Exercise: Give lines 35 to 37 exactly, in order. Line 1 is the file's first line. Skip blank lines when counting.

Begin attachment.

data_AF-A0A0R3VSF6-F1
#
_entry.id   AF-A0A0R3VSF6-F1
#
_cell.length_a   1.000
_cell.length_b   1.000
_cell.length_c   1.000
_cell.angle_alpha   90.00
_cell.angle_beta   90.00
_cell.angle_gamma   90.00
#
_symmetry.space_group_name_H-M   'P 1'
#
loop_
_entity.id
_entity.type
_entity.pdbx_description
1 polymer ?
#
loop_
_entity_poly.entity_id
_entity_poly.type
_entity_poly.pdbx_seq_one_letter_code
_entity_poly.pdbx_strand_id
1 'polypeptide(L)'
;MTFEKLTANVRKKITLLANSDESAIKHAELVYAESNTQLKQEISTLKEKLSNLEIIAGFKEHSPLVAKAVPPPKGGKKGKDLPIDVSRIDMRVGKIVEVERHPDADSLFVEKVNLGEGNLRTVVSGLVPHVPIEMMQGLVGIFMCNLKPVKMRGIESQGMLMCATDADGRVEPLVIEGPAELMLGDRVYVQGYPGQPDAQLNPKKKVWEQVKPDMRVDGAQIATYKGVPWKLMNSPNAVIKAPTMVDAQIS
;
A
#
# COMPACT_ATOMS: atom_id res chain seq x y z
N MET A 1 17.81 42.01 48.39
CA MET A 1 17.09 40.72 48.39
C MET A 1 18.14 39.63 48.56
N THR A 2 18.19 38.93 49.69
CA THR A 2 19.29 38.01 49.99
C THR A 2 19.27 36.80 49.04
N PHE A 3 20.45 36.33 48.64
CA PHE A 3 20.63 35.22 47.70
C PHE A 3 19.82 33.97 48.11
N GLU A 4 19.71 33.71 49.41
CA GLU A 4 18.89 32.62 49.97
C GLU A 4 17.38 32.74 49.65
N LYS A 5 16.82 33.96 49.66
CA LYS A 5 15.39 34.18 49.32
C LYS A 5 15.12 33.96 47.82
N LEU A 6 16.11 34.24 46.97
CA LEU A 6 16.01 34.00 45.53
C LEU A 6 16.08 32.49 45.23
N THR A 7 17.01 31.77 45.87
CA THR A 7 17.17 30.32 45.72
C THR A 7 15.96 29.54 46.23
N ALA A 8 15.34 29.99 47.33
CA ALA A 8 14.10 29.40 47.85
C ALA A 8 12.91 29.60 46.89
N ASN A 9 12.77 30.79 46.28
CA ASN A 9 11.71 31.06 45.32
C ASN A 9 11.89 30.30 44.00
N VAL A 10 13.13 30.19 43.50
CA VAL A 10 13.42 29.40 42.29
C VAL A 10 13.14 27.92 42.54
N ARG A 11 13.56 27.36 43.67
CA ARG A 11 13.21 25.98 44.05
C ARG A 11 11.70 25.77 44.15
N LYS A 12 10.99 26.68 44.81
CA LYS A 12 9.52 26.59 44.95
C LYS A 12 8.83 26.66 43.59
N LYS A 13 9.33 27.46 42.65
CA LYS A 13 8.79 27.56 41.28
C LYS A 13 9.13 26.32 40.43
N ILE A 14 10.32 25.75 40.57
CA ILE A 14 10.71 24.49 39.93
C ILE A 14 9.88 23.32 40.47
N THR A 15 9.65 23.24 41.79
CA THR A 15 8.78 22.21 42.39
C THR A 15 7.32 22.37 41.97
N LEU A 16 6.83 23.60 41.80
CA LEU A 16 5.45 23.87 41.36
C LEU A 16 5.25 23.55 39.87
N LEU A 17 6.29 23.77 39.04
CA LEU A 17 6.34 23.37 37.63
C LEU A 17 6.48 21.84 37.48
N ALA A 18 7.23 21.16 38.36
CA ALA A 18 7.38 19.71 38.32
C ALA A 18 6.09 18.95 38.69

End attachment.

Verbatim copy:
CA THR A 2 19.29 38.01 49.99
C THR A 2 19.27 36.80 49.04
N PHE A 3 20.45 36.33 48.64